is subject to the parties’ choice of law provision, and as a result, Ohio law applies. Accordingly, the
MSA bars Bleep’s NC UDTPA claim and it must be dismissed.
Bleep’s argument that Adelman is inapposite and wrongly decided is not persuasive. (Doc.
No. 31, PageID# 510.) First, the MSA’s choice of law provision at issue here is nearly identical to
the Adelman choice of law provision. The instant choice of law provision provides that the agreement
and all related exhibits “are governed by, and construed in accordance with, the Laws of the State
of Ohio,” while the Adelman choice of law provision provides that the contract “shall be governed
by and construed in accordance with the laws of the State of Ohio.” Compare Doc. No. 12-2,
PageID# 317, with Adelman, 797 Fed. App’x at 1000 (emphasis added).
counterclaimant in Adelman also brought an NC UDTPA claim related to conduct surrounding the
negotiation and formation of a contract. Adelman, 797 Fed. App’x at 999. These provisions are
virtually identical, as is the factual context in which each is implicated. Thus, the Court concludes
that, just as in Adelman, the MSA’s choice of law provision governs the contract, as well as any
disputes—contractual or tortious—directly related to it. Id. at 1001.
Second, the Court disagrees that Adelman failed to correctly apply substantive Ohio law.
(Doc. No. 31, PageID# 513.) Contrary to Bleep’s position, there is no significant difference between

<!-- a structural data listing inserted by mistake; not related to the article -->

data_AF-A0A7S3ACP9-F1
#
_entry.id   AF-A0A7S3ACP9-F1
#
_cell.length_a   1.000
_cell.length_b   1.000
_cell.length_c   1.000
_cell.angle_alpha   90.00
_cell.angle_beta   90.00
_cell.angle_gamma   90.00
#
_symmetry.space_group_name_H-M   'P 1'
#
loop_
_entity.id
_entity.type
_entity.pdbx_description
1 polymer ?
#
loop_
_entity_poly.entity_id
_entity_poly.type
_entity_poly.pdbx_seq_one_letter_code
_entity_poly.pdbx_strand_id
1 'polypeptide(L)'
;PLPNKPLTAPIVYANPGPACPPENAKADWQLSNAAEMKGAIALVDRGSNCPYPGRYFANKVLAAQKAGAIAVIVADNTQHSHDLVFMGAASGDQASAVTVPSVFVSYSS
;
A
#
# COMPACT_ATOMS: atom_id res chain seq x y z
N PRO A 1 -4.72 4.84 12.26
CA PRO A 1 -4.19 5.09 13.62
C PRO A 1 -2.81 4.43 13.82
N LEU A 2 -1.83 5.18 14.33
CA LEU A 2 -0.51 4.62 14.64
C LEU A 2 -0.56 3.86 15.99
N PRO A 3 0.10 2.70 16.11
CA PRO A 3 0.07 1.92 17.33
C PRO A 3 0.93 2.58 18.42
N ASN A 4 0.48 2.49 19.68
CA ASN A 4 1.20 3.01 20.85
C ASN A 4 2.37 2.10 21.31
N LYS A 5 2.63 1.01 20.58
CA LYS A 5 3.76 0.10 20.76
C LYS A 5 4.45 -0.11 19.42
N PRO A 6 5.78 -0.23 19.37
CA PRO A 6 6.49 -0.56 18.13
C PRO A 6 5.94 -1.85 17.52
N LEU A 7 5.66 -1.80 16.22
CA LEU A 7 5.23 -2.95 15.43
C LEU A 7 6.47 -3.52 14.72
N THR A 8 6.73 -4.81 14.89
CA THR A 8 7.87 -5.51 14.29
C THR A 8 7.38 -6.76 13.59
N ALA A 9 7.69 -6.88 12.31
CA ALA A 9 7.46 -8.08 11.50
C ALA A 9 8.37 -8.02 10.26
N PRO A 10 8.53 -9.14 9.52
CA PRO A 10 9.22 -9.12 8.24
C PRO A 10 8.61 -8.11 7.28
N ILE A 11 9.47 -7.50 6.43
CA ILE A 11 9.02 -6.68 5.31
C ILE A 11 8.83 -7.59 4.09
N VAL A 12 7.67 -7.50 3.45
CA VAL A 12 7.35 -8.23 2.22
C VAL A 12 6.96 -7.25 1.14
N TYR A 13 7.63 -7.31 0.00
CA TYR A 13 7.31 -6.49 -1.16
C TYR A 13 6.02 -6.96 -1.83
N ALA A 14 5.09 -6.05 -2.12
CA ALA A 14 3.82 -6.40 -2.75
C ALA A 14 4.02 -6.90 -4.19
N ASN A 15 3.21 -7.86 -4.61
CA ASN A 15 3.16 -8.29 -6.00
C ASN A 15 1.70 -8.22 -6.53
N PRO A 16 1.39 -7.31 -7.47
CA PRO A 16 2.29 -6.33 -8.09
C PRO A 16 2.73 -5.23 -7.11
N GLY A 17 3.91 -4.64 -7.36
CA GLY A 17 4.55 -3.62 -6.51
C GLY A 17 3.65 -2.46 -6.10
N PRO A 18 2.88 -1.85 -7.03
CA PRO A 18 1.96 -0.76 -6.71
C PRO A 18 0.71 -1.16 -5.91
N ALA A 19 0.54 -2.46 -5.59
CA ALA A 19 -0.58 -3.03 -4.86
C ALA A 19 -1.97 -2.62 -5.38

the choice of law provision in Adelman and the choice of law provision in Moses simply because
each provision applied the substantive laws of different states.
(Id.) Adelman applied well-
established Sixth Circuit precedent and Ohio’s conflict of laws rules in determining that the
counterclaimant’s tortious NC UDTPA claim fell within the scope of the contract’s choice of law
provision and, accordingly, applied Ohio law. Adelman, 797 Fed. App’x at 1001 (citing Moses, 929
F.2d at 1139). The Court disagrees with Bleep’s argument that under Ohio law, 1 the MSA’s choice
of law provision presents no bar to a tort claim under North Carolina law. (Doc. No. 31, PageID#
512-13.) While Bleep’s NC UDTPA claim sounds in tort—just as the claims in Adelman and Moses
did—the question is whether the scope of the parties’ contractual choice of law provision is broad
enough to encompass tort claims that arise directly from the MSA. See Masco Cabinetry Middlefield,
LLC v. Cefla N.A., Inc., 637 Fed. App’x 192, 196 (6th Cir. 2015) (concluding that, while the plaintiff’s
claims sounded in tort, they stemmed from the preexisting contractual relationship and were thus
“properly classified, under Ohio’s choice-of-law rules, as arising out of the contract”). The Sixth